The proposed removal of weight and height metrics from display in Zwift Power caused quite the community backlash – the common theme of the response was that transparency of these metrics helped the community self-police weight-dopers.
But the truth is, the Zwift community do not have a need or want to see people’s weight and height. What they do have, though, is a strong desire to ensure that racing is as fair as possible – because a fair racing platform is more engaging and more rewarding!
This article explores cheating in Zwift, and looks at ways that it could be tackled in the future, should Zwift determine that community racing is a core part of the platform that deserves development time, money and resources.
Aside: Whilst the total number of active racers on the platform may be a small percentage of the overall user base, I would argue that these are the most engaged Zwifters, and their marketing impact is huge. If you look for Youtube videos or articles about Zwift, racing is nearly always the focus. An active and engaged racing community is critical to the long term success of the platform.
What Factors Contribute to Performance Inaccuracies?
Fundamentally there are four factors that, if not correct, can lead to an ‘enhanced’ racing performance.
- Weight – a deliberate input
- Height – a deliberate input
- Power – determined by the trainer/power meter. This can either be inaccurate by accident (poorly calibrated, poor quality trainer) or deliberate (knowingly using the trainer or power meter in a way to give you an unrealistic advantage, or faking power output)
- Category manipulation – racing in a lower category than you should, either by ‘cruising’ (managing your output so that you do not get upgraded) or entering a joining a lower pen than your Zwift Power assigned category.
How Can These be Managed?
Remove the incentive and reward gained by cheating
The current category system is founded on the W/Kg metric, so falsification of weight or height can easily give you an advantage by moving you to the top of the category in terms of output, or keeping you in a lower category than you should be racing (reverse weight doping).
A focus on forcing accurate weight and height, perhaps with technology (e.g. smart scales) or by pre-race validation or exposure of weight and height metrics publicly, is a wasted effort in my opinion. Cheaters will always find a way to exploit the system to gain a benefit, so instead we should look at the behavior and the psychology behind it. If falsifying metrics is not really worth it, will they bother?
I have previously proposed a results-based ranking and matchmaking system for Zwift racing. If this were implemented, manipulating weight and height may mean a racer gets an unrealistically high ranking, but their chances of winning would not be increased – they would just race tougher opponents.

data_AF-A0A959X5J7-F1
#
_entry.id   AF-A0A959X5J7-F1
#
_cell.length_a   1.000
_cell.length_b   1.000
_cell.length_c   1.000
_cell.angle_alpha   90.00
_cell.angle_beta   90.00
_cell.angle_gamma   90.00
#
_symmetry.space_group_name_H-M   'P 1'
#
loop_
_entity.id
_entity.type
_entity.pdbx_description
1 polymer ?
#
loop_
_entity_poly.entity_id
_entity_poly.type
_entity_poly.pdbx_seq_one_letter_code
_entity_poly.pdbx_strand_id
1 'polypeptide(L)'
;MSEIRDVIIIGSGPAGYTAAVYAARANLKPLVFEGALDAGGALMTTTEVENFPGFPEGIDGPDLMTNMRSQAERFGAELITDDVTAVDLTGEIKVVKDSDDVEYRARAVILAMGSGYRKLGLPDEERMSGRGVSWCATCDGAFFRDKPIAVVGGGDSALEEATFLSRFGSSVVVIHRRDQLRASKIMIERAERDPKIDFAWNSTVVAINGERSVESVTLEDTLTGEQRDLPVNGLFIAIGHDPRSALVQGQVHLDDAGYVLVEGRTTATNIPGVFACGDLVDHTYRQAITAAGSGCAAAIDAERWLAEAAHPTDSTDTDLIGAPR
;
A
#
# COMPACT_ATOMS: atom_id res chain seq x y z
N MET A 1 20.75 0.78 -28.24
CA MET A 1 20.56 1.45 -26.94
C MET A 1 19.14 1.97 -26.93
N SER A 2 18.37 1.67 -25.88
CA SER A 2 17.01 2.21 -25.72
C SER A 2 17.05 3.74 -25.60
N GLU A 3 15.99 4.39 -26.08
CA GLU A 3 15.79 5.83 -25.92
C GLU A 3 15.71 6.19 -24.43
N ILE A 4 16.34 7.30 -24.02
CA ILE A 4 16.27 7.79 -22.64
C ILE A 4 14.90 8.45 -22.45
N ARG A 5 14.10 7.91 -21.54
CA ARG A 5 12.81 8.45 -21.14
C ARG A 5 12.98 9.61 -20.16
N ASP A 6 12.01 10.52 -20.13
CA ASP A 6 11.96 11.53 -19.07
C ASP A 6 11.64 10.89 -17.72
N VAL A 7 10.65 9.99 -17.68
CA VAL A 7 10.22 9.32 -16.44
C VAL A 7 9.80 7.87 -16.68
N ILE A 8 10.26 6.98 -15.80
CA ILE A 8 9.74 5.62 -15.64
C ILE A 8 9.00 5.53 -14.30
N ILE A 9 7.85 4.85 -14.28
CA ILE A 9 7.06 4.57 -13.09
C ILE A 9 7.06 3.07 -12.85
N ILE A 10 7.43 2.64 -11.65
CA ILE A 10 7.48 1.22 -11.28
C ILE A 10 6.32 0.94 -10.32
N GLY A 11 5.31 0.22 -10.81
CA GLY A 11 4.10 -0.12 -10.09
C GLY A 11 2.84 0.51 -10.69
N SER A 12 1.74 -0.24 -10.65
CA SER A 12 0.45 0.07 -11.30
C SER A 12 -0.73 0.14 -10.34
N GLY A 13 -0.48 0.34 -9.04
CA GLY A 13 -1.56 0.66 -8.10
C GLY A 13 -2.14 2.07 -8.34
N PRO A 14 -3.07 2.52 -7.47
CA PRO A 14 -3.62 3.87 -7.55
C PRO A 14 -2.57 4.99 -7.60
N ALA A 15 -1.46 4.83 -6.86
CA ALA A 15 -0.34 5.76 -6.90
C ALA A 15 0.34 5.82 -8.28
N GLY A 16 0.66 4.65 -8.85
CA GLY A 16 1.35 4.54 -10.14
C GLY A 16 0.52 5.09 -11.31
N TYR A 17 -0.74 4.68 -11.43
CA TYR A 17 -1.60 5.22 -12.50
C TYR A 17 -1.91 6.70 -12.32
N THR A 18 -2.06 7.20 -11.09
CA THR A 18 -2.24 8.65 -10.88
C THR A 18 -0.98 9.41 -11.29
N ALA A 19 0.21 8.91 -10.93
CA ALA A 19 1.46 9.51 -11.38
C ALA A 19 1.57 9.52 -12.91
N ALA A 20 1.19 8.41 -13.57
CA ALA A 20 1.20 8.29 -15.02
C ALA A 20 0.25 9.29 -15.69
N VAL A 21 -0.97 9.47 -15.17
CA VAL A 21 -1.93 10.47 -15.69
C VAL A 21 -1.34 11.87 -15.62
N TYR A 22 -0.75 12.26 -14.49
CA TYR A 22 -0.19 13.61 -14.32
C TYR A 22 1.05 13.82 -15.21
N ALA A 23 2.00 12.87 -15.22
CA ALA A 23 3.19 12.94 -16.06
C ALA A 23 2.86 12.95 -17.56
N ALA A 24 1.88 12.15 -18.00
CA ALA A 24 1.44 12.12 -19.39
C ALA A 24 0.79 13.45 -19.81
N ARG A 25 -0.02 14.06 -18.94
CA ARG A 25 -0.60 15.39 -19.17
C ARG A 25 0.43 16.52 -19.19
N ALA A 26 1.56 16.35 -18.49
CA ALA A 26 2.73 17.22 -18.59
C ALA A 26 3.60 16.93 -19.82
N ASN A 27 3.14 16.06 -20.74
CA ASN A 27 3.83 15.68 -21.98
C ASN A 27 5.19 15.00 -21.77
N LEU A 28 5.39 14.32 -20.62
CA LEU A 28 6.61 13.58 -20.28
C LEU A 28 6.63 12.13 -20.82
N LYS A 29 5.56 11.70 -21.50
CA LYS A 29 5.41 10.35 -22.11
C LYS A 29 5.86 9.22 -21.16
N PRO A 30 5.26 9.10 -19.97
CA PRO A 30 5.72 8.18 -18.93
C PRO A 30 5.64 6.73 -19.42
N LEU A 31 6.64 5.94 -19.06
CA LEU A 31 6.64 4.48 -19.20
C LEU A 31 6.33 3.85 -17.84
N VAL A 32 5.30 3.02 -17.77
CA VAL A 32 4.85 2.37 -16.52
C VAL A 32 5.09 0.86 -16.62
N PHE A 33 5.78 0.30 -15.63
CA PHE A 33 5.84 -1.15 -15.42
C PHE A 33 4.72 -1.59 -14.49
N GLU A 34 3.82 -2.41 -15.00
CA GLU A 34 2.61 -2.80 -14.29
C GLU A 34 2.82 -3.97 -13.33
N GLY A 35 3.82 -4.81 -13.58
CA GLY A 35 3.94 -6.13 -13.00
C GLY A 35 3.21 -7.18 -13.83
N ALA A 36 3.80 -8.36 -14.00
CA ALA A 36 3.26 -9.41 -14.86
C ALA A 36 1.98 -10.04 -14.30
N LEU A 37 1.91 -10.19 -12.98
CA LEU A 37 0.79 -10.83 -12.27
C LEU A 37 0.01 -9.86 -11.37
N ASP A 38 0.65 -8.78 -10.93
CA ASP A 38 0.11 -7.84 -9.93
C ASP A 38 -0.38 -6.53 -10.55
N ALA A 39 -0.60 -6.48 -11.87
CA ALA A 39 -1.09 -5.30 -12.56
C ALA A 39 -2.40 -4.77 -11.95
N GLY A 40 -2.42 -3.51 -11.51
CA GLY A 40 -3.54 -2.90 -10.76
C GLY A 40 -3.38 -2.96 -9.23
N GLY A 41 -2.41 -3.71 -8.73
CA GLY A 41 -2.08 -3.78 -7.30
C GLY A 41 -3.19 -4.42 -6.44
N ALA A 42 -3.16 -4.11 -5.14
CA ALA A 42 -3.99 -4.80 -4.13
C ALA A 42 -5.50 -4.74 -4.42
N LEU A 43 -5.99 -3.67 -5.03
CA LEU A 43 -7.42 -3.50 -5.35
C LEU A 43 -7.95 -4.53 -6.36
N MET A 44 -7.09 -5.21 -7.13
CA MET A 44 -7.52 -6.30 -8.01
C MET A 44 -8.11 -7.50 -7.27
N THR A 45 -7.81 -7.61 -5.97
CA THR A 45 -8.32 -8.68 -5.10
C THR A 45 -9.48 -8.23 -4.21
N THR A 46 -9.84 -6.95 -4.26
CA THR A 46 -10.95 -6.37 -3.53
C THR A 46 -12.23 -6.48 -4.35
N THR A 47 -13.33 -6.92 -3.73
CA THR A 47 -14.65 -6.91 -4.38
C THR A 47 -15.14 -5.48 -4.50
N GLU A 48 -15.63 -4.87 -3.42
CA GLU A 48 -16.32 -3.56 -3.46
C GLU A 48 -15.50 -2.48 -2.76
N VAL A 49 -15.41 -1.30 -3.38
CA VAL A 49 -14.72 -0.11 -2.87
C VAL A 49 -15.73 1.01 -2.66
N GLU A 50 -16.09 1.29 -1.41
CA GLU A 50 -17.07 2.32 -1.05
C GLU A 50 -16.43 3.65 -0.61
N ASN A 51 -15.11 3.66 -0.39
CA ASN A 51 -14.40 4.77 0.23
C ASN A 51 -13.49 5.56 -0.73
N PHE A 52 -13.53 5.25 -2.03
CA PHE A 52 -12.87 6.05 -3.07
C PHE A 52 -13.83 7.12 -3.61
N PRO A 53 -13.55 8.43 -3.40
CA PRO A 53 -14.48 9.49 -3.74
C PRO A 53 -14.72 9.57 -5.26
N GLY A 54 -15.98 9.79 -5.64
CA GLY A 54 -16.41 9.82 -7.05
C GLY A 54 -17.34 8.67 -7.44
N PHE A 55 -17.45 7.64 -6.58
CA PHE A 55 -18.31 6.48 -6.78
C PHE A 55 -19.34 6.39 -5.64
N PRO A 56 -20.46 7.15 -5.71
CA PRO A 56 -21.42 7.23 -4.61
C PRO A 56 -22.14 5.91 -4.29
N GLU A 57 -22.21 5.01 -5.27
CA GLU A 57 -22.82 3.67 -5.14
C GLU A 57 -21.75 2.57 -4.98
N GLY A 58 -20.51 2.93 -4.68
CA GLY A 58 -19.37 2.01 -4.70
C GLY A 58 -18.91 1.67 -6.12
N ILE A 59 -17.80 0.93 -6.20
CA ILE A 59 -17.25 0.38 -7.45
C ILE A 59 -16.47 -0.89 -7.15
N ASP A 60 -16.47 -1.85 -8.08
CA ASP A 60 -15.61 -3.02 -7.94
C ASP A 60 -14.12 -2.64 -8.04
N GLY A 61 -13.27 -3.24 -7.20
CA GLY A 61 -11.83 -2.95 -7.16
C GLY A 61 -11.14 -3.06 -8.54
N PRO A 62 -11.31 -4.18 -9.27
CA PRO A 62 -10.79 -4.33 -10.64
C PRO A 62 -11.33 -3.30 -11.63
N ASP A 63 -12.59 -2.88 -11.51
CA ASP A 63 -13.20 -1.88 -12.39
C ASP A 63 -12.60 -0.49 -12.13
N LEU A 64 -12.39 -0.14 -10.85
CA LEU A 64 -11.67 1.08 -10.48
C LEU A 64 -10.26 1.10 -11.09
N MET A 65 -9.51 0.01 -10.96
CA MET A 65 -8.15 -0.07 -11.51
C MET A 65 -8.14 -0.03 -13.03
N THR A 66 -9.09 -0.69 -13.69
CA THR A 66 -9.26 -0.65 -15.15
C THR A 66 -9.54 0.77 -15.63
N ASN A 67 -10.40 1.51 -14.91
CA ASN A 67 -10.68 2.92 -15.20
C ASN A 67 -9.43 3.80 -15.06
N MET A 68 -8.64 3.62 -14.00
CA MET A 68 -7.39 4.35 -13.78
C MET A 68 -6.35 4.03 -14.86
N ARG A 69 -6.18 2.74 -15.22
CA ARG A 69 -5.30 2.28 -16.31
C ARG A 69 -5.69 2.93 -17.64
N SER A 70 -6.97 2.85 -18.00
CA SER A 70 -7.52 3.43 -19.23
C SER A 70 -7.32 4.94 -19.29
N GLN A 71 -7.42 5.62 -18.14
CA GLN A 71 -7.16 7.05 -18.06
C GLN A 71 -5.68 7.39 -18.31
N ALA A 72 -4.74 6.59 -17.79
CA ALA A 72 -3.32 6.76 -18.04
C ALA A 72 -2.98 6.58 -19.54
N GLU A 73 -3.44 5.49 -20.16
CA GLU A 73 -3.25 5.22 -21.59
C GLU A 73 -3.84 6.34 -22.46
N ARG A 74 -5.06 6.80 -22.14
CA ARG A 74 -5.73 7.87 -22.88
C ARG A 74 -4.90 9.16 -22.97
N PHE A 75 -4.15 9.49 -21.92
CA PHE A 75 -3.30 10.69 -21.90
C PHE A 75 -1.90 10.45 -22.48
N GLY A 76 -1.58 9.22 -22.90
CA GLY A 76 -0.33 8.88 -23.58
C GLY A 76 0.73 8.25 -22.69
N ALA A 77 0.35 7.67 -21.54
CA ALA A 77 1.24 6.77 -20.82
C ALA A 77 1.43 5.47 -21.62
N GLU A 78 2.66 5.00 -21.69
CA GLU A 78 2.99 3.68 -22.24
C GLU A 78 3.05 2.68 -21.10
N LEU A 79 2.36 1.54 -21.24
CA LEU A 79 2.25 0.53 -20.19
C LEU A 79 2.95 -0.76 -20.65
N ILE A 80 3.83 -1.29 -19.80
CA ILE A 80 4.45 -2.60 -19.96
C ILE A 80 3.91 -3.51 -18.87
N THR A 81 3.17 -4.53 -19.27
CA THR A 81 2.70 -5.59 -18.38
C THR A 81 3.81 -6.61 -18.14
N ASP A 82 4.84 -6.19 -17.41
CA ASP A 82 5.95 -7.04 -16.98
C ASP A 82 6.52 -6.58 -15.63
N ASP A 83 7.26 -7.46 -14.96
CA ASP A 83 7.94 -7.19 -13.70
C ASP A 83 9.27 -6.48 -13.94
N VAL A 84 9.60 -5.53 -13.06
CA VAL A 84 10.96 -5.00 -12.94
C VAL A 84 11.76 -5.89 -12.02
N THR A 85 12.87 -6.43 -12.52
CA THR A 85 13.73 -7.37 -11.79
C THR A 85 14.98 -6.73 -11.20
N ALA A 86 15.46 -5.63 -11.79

In this scenario, is cheating really worth it? (It’s worth noting that, at the highest level where there are more rewards, more stringent validation is already in place to prevent this in the first place).
Most big online games use anti-cheating tools to recognize cheating – be that manipulated code, or patterns of suspicious behavior. A toolset could be developed to highlight and flag suspicious performances, which either automatically disqualify a rider or flag the rider for race organisers to determine the outcome.
For example, the system may catch changes in height (height is generally consistent, so any changes should probably require a direct request from ZHQ), suspicious changes in weight, suspicious power behavior (large performance gains, sticky watts), etc.
Race organisers should be able to mandate a certain standard of equipment or a certain level of performance validation. I am not really a fan of dual recording, but this could be required, as well as privately submitted weight/height validation or power validation. A standard of trainer could also be required, for example direct drive trainers only, or factory-calibrated direct drive trainers. Of course, limitations like this reduce the potential audience, and would likely be limited to specific competitions.
All of the above developments would require a big commitment to community racing on the part of ZwiftHQ. I hope that this commitment can be made, and that Zwift can engage with the community as this system progresses to ensure it is fit for purpose.
I truly believe that if this is landed well, it could massively improve the proposition to a large community of users that become more engaged with Zwift, promote the platform, and ultimately drive revenue. The stakes are high: Zwift racers are some of the most passionate users, and if they move across to a system provided by the competition, they will likely bring a large number of more casual users with them.
My Questions To You
I have a few questions to the wider Zwift community. Can you give me your feedback in the comments section below?
- If the above systems were developed, would there be any need to see height and weight?
- Would the above systems see you racing on Zwift more often, the same, or less?
- What other changes could make you feel like Zwift racing is fairer?